People who have been diagnosed by a dental professional as having periodontal disease must commit to periodontal maintenance in order to protect their dental and overall health. The objective of this maintenance program is to keep gum disease from advancing to a degree in which it overruns the gums and results in the loss of one or more teeth.
To better understand periodontal maintenance, a brief overview of periodontal disease is required. The condition, also referred to as gum disease, is essentially a persistent bacterial infection affecting the teeth and gums that cannot be fully reversed. People who have gum disease generally experience one or more of the following symptoms:
- Bad breath
- Red and inflamed or puffy gums
- Tender gums
- Gums that bleed
- Receding gums
- Pus between the gums and teeth
- Pain with chewing
- Exposed tooth root surfaces
- Loose teeth
- Oral bone loss
Once a dentist confirms that a person does indeed have periodontal disease, action must be taken to prevent further damage to their oral health. One of the most common first steps in treating the disease is having a dental professional do a thorough cleaning (often referred to as a deep scale cleaning) that extends well beyond that of what is done at a regular cleaning appointment. Depending on the severity of the condition, a dentist may recommend periodontal surgery for the patient. After undergoing a dentist’s recommended form of treatment, patients are typically asked to follow up with periodontal maintenance.
What Is Periodontal Maintenance?
A patient receiving periodontal maintenance typically goes for treatments three or four times a year in which the dentist will perform the following:
- A physical examination that often includes x-rays to evaluate if or how far a patient’s gum disease has progressed since the last visit
- A process called scaling, which includes a thorough cleaning of the teeth to remove plaque and tartar
- The removal of bacteria and plaque from the gum line area and any pockets that may have developed between gums and the teeth
- The depths of pockets between the gums and teeth may be measured and irrigated with antiseptic medicine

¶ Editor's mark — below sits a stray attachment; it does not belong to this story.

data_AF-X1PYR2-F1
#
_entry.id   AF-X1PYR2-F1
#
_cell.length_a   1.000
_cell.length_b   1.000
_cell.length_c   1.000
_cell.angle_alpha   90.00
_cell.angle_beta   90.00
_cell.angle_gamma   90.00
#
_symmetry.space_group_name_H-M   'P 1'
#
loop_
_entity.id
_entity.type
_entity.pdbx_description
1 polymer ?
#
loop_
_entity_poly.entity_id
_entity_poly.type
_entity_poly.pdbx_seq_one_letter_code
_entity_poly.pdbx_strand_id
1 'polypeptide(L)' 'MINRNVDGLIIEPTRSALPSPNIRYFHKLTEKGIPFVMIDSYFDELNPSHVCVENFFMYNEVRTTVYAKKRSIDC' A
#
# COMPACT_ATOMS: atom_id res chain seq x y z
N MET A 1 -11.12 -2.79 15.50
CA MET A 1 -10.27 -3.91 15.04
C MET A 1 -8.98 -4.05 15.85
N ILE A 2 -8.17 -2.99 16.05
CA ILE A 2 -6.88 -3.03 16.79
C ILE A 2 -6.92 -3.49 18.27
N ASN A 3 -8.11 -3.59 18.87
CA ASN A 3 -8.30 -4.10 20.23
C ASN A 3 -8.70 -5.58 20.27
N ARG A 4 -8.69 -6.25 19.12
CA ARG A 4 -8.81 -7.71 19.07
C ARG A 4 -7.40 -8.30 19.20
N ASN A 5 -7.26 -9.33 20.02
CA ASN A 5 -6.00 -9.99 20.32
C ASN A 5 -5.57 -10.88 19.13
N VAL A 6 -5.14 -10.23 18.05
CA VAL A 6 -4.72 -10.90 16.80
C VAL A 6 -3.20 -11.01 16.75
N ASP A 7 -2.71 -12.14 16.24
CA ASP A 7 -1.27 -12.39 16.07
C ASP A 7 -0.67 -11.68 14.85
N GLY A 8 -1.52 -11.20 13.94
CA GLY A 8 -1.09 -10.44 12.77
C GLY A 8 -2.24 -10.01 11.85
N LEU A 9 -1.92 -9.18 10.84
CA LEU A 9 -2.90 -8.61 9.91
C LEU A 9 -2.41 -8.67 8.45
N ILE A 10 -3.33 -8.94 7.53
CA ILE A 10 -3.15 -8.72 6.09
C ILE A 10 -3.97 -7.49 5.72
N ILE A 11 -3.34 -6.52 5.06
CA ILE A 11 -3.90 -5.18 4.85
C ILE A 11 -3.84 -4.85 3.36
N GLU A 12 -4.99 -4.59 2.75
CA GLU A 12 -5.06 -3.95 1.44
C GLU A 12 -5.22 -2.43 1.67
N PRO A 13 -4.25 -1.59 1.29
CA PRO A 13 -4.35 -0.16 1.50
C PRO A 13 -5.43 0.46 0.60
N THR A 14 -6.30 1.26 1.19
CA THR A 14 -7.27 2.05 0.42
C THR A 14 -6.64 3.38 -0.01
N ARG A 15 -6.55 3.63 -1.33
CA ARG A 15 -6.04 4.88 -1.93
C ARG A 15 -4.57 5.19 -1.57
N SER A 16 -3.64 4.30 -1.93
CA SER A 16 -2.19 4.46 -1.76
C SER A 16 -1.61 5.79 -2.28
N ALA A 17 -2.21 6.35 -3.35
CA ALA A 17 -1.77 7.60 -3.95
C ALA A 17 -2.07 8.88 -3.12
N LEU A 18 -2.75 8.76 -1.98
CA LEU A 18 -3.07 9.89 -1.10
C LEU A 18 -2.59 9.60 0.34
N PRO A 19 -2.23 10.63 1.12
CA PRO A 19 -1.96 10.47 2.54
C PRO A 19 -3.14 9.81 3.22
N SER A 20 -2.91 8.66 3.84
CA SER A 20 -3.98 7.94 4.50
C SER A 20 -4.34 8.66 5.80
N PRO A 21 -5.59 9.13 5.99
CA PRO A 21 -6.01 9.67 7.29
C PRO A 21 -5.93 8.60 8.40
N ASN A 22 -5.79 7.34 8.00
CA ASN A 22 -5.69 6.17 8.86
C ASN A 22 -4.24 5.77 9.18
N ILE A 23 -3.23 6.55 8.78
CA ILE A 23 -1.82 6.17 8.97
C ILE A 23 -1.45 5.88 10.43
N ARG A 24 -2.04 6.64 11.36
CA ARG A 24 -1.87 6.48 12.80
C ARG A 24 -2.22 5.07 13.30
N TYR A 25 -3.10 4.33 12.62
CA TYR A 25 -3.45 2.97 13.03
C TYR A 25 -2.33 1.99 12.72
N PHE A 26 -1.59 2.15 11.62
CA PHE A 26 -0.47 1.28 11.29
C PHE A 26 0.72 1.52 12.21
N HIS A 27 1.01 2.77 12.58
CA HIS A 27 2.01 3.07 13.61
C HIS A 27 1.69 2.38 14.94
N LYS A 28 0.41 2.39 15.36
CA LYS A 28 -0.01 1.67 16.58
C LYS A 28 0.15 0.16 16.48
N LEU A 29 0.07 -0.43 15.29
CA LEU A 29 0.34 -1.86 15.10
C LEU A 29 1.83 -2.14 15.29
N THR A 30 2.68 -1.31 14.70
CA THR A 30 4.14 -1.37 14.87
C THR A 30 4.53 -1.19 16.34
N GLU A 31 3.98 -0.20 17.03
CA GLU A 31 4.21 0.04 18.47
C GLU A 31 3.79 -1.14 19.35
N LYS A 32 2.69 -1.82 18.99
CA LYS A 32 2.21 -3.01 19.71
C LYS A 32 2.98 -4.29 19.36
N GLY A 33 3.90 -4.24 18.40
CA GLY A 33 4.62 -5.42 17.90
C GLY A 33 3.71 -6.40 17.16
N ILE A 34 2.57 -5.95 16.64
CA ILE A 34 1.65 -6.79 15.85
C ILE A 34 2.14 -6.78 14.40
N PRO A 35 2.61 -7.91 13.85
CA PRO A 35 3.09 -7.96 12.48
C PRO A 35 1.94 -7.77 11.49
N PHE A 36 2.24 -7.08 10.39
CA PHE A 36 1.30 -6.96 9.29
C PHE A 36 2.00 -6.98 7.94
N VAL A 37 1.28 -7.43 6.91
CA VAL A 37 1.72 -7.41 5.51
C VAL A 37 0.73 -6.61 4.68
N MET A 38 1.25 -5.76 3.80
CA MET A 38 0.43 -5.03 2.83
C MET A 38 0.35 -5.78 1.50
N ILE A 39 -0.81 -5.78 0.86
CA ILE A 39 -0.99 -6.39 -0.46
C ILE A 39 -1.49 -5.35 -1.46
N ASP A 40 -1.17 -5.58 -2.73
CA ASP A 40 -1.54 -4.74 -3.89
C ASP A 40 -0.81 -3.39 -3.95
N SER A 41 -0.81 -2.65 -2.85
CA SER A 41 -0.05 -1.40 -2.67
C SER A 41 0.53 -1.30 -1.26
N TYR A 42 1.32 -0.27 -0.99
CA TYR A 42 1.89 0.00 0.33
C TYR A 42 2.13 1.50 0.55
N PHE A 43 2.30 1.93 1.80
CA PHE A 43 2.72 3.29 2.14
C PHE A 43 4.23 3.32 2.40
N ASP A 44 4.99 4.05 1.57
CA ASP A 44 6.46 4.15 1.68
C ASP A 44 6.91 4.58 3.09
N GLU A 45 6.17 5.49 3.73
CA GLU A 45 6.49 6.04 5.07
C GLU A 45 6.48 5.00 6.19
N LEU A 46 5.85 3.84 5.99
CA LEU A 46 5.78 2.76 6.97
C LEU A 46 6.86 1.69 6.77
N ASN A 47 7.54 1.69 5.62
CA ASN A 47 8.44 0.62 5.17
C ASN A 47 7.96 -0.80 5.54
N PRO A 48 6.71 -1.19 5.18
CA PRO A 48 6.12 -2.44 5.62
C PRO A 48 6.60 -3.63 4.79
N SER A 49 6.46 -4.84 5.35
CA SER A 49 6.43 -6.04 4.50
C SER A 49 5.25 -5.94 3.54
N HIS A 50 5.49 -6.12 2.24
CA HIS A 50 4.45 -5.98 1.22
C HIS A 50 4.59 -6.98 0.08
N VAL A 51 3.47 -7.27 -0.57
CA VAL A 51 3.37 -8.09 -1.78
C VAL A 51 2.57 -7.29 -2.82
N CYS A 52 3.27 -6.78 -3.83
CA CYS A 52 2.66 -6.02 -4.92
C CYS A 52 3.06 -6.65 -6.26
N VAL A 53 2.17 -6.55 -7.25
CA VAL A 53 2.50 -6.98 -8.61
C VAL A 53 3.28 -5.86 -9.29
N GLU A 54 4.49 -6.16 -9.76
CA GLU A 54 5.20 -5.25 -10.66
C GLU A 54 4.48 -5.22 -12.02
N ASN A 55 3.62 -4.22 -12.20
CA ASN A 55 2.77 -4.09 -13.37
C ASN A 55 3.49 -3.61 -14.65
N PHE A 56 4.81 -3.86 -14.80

- Root planing, or the smoothing of a tooth’s root to eliminate any bacteria left behind
- The affected areas could be tender and cause some discomfort so a dentist may use an antibiotic to treat the gum pockets and promote healing
These steps are designed to get rid of harmful bacteria and cut down on inflammation of the gums. In other words, it helps stop gum disease from progressing. However, the results are not permanent. Billions of microbes enter a human’s oral cavity every day, and with that the process starts over again. A patient who is not diligent about continuous periodontal maintenance will begin to see and feel the serious side effects of that decision and could eventually compromise their health.
Is Periodontal Maintenance the Same Thing as A Regular Teeth Cleaning?
While periodontal maintenance and regular teeth cleanings may sound somewhat similar, they are distinctly different.
Regular cleanings are recommended for patients every six months and may include x-rays, plaque removal, professional teeth cleaning, and flossing. The primary goal of these visits is to stay on top of a person’s oral health and to allow for early detection of cavities, gum disease, abscesses, and other problematic conditions.
Periodontal maintenance is not done solely as a preventative measure but in more of a reactive one because patients who require it have already received an official gum disease diagnosis from a dentist. As a reactive procedure, there can be a sense of urgency. Patients usually receive periodontal maintenance every three or four months. The primary goal of these treatments is to get control of infection and inflammation present in the gums and keep them in check.
What Can Happen Without Recommended Periodontal Maintenance
A patient who suspects they may have gum disease or has been told by a dentist they do, should follow up with a dental professional about the next step. Periodontal maintenance is not usually a mere suggestion. It is essential to stop infection and inflammation in its tracks.
Without receiving maintenance, the outcome could be unpleasant and possibly dire. Avoiding regular periodic visits to the dentist for periodontal maintenance allows infection and inflammation to flourish and spread to vulnerable gum tissue.
As often is with dental health, inflammation of the gums can impact the state of a person’s overall health and cause an inflammatory response elsewhere in the body. As the bacteria continues to thrive it will eventually attack the gum tissue and destroy the bone, which in turn allows teeth to shift or even fall out. As the disease progresses, bigger gaps can form between the teeth and the gums which results in the accumulation of more bacteria.
Ultimately, unchecked levels of bacteria in the teeth and gums could spread to a person’s bloodstream and lead to an infection in other parts of the body. Some studies have shown a possible correlation between gum disease and other conditions such as diabetes and heart disease.
If you are experiencing one or more of the symptoms of gum or periodontal disease, make an appointment for a consultation with your Houston dentist today. After initially treating the condition, it’s important to follow through with regular periodontal maintenance. The steps you take now in safeguarding your dental health can provide quality of life dividends for tomorrow.